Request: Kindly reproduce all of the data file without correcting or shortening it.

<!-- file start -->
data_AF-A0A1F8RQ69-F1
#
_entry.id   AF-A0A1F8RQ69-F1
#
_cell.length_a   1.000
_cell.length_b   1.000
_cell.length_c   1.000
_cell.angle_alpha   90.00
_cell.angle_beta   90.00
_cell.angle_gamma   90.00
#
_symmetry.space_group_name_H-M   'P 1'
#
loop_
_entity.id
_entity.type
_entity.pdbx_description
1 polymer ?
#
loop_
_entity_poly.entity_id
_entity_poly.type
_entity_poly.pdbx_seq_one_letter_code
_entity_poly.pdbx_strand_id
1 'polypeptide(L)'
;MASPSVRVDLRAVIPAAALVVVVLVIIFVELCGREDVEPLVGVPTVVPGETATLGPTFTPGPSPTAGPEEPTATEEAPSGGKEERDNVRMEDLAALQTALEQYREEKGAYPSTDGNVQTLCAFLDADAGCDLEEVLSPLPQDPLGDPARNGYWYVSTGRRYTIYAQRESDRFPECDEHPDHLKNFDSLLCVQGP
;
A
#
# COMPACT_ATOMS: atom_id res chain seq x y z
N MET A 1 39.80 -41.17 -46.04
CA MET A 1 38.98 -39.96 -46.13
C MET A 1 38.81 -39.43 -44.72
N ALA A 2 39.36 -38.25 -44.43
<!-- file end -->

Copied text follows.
data_AF-A0A1F8RQ69-F1
#
_entry.id   AF-A0A1F8RQ69-F1
#
_cell.length_a   1.000
_cell.length_b   1.000
_cell.length_c   1.000
_cell.angle_alpha   90.00
_cell.angle_beta   90.00
_cell.angle_gamma   90.00
#
_symmetry.space_group_name_H-M   'P 1'
#
loop_
_entity.id
_entity.type
_entity.pdbx_description
1 polymer ?
#
loop_
_entity_poly.entity_id
_entity_poly.type
_entity_poly.pdbx_seq_one_letter_code
_entity_poly.pdbx_strand_id
1 'polypeptide(L)'
;MASPSVRVDLRAVIPAAALVVVVLVIIFVELCGREDVEPLVGVPTVVPGETATLGPTFTPGPSPTAGPEEPTATEEAPSGGKEERDNVRMEDLAALQTALEQYREEKGAYPSTDGNVQTLCAFLDADAGCDLEEVLSPLPQDPLGDPARNGYWYVSTGRRYTIYAQRESDRFPECDEHPDHLKNFDSLLCVQGP
;
A
#
# COMPACT_ATOMS: atom_id res chain seq x y z
N MET A 1 39.80 -41.17 -46.04
CA MET A 1 38.98 -39.96 -46.13
C MET A 1 38.81 -39.43 -44.72
N ALA A 2 39.36 -38.25 -44.43